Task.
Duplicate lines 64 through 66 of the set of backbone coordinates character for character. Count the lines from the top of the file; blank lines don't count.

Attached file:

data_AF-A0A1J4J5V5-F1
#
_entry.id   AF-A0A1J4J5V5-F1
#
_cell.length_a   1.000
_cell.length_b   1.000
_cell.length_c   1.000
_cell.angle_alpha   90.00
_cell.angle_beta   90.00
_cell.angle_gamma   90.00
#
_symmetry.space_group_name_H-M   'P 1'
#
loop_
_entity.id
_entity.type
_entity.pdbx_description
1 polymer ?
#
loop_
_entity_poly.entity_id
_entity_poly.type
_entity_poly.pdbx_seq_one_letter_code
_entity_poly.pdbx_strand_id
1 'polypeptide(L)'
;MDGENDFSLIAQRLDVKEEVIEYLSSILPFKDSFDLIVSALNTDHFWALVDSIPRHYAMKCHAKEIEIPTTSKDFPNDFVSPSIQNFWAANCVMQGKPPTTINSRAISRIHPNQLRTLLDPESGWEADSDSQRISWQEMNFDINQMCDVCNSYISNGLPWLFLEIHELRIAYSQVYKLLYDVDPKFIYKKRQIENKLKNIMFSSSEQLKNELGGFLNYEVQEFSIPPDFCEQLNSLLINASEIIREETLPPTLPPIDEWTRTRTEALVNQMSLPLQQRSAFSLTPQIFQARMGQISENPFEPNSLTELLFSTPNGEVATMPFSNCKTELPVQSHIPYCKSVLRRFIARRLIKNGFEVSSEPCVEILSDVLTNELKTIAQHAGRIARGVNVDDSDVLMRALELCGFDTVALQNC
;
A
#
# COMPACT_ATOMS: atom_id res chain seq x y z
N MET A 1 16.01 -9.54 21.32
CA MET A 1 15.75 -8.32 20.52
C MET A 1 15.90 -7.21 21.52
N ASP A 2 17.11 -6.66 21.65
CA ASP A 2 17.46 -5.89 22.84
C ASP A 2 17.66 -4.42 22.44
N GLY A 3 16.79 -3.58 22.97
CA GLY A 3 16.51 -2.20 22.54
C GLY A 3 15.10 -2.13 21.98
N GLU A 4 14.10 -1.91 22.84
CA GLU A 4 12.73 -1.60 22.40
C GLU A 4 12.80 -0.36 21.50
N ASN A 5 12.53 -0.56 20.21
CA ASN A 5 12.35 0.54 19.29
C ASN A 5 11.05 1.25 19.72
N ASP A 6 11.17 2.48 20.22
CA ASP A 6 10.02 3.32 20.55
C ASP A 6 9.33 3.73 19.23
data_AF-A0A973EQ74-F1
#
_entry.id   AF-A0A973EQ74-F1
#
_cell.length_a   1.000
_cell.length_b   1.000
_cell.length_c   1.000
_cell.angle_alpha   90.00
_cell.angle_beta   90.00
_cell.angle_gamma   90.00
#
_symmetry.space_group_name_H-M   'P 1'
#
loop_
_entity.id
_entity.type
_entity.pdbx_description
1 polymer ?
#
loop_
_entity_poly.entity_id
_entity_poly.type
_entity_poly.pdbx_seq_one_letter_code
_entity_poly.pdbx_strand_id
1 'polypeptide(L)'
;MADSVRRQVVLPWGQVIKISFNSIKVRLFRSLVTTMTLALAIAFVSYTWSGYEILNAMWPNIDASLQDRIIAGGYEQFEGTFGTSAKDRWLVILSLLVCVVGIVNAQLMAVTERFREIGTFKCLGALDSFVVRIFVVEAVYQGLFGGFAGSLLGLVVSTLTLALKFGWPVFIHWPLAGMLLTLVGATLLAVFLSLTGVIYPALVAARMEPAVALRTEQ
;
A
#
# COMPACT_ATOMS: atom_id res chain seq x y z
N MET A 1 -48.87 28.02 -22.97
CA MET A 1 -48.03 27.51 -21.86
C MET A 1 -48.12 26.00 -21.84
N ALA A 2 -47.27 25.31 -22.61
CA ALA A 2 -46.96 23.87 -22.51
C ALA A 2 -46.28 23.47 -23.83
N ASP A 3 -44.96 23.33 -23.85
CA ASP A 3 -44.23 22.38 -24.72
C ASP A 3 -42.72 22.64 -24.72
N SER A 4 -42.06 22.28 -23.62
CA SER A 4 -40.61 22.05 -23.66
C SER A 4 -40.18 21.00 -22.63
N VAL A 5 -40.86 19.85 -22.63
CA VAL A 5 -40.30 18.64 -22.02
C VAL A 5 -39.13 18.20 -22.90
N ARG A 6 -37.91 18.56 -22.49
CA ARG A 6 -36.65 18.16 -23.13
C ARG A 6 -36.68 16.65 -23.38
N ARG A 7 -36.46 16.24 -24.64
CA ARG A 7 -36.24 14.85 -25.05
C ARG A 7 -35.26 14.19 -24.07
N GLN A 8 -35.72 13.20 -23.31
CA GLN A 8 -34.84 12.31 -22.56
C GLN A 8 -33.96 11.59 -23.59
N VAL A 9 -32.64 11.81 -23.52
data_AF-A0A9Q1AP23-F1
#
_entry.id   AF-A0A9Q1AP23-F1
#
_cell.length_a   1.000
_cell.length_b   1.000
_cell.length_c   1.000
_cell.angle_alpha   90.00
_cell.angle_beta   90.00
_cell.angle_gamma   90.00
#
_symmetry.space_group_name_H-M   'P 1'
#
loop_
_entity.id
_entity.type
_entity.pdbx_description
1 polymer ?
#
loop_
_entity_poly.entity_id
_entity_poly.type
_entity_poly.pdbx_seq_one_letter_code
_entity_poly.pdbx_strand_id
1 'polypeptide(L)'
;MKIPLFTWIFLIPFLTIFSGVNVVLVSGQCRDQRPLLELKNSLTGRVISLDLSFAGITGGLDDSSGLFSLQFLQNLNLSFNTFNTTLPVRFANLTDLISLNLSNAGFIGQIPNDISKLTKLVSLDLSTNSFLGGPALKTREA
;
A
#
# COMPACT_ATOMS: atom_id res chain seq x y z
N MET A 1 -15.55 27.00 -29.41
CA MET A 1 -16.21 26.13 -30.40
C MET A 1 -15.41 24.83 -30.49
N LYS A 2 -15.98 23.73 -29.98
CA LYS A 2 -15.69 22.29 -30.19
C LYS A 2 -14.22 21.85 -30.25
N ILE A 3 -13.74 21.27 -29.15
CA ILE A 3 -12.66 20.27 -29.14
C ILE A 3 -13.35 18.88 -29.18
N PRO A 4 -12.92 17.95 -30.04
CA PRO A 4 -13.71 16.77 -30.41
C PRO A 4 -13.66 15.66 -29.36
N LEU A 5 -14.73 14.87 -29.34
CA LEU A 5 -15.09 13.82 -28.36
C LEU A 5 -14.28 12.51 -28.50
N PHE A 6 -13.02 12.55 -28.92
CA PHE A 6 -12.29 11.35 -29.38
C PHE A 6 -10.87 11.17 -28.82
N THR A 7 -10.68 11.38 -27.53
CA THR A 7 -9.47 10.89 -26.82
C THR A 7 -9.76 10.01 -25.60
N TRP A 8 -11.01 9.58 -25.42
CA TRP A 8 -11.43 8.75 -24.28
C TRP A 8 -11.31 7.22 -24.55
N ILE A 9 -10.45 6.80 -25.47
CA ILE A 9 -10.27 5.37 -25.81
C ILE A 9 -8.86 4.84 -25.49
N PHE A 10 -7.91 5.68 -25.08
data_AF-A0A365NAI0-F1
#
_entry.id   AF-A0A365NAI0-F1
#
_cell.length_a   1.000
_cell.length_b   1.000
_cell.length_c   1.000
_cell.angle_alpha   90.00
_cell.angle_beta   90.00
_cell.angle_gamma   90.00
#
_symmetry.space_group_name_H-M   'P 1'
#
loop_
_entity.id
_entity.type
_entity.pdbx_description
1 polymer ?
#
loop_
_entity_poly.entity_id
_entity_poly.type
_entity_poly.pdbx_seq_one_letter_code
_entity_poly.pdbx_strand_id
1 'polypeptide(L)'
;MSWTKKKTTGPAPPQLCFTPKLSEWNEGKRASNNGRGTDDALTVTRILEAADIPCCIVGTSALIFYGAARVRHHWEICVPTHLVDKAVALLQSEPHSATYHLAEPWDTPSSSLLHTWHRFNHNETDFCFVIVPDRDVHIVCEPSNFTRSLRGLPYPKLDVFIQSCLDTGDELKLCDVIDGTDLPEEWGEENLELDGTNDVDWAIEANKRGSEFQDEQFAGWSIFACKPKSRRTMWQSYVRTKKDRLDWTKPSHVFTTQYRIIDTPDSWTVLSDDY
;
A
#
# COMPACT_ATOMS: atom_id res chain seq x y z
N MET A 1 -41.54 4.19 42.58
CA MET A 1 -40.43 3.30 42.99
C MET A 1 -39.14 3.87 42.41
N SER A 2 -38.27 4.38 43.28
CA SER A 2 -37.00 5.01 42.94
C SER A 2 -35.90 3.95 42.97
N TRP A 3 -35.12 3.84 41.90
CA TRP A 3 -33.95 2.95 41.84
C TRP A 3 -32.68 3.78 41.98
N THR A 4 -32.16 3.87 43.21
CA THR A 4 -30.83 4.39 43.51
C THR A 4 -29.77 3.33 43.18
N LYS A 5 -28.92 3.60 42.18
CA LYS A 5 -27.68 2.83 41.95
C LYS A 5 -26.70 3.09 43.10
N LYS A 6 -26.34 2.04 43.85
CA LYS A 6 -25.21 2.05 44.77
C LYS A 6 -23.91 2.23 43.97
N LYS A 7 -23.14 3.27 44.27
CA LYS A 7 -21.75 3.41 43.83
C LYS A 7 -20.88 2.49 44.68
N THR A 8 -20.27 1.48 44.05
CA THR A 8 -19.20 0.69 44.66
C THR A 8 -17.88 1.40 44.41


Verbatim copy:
_entity.type
_entity.pdbx_description
1 polymer ?